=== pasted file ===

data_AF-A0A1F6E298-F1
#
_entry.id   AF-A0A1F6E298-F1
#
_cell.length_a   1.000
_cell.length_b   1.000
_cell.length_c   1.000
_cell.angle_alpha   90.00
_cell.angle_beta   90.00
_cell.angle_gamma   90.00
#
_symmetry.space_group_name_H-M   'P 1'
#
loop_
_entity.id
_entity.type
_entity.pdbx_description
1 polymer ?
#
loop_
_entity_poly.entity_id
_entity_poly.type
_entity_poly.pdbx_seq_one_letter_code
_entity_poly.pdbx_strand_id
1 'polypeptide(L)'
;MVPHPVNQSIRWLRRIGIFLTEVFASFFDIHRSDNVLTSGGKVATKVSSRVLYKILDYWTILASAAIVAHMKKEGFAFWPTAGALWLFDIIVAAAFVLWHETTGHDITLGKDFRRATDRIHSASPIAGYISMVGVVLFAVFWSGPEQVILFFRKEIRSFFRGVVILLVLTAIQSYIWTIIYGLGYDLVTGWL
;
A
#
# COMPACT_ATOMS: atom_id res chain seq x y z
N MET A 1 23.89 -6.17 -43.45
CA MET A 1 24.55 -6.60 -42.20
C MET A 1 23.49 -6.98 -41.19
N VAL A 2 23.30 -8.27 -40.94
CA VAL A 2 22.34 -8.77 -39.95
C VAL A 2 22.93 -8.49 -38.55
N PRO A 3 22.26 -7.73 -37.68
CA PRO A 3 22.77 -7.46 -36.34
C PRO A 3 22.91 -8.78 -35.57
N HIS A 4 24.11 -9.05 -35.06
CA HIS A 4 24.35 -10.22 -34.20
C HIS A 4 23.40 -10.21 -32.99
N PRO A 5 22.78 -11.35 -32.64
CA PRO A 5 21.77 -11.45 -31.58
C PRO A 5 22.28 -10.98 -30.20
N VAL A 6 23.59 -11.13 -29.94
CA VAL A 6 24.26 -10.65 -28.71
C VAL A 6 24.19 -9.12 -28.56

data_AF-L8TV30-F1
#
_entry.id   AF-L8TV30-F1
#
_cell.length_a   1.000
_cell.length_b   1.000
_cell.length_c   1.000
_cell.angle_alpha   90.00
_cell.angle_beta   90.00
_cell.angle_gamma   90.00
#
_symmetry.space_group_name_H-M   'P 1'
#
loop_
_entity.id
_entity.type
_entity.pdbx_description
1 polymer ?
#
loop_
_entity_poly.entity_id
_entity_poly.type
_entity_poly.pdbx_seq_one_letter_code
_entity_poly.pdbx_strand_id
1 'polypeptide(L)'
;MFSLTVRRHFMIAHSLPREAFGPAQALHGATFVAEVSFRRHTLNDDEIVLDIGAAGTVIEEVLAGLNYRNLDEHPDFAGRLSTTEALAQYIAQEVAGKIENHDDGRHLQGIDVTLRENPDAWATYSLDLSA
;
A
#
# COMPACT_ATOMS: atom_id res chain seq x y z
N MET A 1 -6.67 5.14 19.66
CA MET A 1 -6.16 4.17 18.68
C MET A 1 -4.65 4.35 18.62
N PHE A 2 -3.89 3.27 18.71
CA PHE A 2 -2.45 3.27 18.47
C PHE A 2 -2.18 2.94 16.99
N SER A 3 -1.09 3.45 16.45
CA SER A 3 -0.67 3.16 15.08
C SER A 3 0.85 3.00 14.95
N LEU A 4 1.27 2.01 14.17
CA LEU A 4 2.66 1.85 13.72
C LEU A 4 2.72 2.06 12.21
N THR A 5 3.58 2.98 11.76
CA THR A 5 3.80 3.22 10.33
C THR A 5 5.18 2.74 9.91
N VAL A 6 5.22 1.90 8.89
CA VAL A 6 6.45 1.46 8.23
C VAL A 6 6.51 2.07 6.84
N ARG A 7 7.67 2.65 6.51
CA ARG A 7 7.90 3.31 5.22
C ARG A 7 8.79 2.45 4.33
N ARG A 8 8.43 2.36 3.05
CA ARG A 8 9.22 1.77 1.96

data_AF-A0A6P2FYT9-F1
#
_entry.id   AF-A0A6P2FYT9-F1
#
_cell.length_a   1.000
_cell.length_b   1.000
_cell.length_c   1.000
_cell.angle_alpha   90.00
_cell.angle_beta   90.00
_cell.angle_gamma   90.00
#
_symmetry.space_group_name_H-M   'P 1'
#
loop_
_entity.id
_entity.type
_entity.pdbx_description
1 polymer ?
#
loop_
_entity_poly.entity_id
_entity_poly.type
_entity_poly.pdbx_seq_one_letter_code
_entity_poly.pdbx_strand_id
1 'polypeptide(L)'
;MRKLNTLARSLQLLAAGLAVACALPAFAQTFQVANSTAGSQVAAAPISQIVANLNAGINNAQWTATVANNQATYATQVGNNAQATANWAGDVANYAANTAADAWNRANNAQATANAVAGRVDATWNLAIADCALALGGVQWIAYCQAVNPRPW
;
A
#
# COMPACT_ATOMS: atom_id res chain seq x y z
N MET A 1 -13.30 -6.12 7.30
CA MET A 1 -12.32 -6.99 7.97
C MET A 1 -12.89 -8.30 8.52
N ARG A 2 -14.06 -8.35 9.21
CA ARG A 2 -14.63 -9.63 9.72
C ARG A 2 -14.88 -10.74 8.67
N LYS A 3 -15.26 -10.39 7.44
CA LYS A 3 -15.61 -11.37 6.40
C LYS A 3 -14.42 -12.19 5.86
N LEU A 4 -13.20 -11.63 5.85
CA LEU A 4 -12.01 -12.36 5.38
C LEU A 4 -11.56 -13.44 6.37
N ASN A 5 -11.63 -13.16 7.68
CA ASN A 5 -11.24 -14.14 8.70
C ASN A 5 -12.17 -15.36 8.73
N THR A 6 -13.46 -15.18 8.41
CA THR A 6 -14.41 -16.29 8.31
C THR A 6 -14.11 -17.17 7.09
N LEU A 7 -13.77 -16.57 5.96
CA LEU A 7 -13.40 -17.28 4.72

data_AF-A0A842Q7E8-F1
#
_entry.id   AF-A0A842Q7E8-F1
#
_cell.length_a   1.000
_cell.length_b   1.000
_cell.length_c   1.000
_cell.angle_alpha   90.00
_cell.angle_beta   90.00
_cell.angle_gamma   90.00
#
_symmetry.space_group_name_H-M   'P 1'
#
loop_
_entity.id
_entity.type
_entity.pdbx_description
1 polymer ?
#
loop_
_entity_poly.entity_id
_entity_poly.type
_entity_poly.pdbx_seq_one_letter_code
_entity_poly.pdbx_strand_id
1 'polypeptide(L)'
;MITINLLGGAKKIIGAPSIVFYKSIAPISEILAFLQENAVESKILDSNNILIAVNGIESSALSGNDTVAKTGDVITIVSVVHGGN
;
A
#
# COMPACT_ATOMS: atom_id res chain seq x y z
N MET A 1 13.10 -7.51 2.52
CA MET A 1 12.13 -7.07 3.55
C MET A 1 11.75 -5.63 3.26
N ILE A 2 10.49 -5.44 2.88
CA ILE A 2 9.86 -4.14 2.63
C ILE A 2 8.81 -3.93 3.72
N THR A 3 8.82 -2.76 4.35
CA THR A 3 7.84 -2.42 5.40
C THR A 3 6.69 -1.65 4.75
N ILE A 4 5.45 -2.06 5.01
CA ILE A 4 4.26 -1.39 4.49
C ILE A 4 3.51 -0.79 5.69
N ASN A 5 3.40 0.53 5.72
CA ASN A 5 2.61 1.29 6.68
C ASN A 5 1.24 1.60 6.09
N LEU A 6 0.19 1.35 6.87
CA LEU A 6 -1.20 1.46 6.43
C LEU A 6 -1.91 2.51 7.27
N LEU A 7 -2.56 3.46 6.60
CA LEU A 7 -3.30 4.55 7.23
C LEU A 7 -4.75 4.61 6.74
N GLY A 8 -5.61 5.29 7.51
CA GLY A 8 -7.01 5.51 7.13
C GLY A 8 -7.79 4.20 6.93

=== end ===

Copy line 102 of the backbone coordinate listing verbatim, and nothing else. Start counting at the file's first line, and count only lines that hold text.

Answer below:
data_AF-A0A6P2FYT9-F1